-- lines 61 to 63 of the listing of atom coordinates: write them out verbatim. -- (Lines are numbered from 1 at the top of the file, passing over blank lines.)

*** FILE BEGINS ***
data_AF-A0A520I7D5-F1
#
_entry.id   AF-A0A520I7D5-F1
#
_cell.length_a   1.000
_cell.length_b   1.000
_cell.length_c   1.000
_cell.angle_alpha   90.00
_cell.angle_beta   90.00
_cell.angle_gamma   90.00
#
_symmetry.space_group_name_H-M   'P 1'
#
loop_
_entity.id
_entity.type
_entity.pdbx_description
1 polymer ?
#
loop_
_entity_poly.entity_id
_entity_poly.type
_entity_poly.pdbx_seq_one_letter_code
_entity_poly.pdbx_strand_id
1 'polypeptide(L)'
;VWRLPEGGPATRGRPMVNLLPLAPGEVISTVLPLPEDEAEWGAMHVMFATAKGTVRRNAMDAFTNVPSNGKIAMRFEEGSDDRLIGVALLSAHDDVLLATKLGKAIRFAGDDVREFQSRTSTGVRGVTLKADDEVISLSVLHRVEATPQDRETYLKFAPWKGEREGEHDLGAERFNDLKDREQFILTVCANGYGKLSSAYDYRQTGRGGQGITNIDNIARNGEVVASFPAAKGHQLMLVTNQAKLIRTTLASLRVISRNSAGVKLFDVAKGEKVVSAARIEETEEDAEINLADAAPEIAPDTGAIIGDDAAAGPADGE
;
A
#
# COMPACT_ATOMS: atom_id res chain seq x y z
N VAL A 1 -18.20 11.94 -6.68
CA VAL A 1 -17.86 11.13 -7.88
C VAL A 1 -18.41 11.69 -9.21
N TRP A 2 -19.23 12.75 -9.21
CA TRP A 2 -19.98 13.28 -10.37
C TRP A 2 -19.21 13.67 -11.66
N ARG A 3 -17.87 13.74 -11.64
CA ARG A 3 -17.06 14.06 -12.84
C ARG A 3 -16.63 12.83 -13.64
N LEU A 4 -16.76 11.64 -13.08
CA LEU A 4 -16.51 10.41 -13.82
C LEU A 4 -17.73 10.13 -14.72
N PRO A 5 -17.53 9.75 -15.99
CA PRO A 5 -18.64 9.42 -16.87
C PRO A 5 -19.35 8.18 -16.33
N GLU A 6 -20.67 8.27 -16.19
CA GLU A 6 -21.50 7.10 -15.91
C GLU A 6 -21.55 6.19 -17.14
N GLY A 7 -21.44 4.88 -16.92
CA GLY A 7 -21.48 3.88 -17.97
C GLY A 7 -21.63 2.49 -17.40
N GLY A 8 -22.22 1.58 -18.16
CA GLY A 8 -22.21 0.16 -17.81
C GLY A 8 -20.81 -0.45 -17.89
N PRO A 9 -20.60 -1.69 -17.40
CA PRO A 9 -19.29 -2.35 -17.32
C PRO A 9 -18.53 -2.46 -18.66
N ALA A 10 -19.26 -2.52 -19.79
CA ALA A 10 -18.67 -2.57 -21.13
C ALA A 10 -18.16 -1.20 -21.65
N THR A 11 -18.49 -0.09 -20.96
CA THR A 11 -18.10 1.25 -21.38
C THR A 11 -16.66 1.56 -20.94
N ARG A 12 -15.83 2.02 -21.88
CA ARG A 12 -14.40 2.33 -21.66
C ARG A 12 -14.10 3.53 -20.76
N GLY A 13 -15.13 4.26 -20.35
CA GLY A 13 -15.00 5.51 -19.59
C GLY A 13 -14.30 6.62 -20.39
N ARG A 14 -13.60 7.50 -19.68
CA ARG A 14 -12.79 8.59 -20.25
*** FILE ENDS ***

N THR A 11 -18.49 -0.09 -20.96
CA THR A 11 -18.10 1.25 -21.38
C THR A 11 -16.66 1.56 -20.94